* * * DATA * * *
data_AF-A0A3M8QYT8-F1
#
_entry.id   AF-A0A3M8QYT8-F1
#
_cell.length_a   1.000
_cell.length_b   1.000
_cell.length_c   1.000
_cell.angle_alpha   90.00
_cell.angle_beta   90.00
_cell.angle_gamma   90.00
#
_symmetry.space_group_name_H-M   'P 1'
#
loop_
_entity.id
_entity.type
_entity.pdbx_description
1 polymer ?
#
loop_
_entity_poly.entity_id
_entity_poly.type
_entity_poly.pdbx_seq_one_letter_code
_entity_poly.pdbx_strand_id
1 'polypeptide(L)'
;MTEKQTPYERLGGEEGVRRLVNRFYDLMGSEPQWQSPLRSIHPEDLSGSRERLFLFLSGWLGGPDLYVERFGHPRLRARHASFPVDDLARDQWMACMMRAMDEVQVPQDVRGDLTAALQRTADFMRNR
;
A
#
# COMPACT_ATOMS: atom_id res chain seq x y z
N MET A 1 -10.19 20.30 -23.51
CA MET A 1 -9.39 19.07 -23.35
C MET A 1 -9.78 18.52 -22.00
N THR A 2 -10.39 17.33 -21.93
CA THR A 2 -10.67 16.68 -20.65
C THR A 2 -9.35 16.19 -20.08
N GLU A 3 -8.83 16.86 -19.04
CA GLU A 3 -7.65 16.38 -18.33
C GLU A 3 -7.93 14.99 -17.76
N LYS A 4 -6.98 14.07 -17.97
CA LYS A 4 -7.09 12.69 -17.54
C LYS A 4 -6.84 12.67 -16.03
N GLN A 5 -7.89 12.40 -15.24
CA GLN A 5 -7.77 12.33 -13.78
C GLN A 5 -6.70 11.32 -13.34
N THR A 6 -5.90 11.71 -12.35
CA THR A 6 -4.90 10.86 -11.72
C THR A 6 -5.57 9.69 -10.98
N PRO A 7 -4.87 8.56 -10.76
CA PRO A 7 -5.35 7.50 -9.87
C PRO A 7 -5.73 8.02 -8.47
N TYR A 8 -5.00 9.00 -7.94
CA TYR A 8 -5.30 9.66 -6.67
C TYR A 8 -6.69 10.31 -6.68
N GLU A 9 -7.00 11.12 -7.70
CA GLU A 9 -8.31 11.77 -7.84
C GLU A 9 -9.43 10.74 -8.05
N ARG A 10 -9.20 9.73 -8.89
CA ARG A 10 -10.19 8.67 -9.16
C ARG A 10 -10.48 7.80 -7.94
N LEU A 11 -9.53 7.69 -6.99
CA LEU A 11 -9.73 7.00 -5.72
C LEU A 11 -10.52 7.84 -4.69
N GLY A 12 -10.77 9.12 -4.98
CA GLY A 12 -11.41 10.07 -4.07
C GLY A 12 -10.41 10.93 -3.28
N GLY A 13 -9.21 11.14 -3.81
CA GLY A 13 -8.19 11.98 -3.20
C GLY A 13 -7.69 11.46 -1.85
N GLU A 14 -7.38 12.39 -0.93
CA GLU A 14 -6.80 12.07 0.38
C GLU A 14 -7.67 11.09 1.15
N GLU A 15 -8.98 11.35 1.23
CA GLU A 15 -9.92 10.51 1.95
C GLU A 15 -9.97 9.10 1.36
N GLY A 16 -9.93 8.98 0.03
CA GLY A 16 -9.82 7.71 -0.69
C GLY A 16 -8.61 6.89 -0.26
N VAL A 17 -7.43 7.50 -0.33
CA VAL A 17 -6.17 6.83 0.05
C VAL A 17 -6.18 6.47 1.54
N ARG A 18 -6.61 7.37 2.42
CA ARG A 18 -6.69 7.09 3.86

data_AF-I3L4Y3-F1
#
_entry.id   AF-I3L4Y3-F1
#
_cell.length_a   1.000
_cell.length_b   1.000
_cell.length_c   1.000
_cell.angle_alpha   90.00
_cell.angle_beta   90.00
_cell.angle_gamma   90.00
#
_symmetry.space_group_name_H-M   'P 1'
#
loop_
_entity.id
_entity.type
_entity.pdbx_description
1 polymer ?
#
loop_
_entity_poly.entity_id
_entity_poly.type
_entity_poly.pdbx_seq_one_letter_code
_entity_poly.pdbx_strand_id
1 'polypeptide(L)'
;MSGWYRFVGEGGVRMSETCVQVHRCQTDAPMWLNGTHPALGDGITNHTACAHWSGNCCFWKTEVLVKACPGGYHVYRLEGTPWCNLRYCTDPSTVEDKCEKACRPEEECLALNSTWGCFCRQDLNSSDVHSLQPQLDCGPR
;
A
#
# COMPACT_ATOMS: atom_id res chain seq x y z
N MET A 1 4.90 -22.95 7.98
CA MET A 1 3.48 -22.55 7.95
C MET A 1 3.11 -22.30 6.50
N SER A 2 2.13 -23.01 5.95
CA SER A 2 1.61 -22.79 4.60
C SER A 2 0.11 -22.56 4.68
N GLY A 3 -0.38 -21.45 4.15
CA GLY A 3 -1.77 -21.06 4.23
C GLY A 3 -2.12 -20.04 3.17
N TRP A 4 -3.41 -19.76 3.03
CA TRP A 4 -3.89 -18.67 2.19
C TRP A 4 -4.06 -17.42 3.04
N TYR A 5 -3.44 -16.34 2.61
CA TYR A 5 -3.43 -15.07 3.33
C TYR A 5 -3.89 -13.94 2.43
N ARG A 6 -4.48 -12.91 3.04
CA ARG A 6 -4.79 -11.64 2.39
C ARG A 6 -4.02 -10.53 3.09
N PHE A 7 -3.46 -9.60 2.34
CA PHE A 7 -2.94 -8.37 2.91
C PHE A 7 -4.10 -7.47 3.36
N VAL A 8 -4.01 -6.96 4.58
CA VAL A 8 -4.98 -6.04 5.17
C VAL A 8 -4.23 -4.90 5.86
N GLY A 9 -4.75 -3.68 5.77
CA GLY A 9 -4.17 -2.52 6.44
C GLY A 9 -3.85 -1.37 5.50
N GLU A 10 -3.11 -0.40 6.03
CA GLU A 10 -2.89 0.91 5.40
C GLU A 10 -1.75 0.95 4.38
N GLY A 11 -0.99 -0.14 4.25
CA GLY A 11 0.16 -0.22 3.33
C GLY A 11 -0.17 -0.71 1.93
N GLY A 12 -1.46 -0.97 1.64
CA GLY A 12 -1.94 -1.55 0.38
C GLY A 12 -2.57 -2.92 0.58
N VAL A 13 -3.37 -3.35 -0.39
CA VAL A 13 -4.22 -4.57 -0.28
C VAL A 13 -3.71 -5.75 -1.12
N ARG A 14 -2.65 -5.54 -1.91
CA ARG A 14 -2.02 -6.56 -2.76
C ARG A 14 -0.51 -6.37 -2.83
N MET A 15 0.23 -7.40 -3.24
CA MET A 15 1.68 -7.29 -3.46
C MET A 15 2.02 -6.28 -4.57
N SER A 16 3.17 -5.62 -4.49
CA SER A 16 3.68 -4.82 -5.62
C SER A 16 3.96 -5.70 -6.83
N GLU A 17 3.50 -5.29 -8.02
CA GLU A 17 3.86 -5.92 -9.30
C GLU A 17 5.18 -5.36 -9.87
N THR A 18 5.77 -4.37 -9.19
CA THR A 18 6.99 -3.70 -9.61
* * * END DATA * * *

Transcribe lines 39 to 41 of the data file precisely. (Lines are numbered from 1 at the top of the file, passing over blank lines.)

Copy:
C GLU A 3 -7.93 14.99 -17.76
N LYS A 4 -6.98 14.07 -17.97
CA LYS A 4 -7.09 12.69 -17.54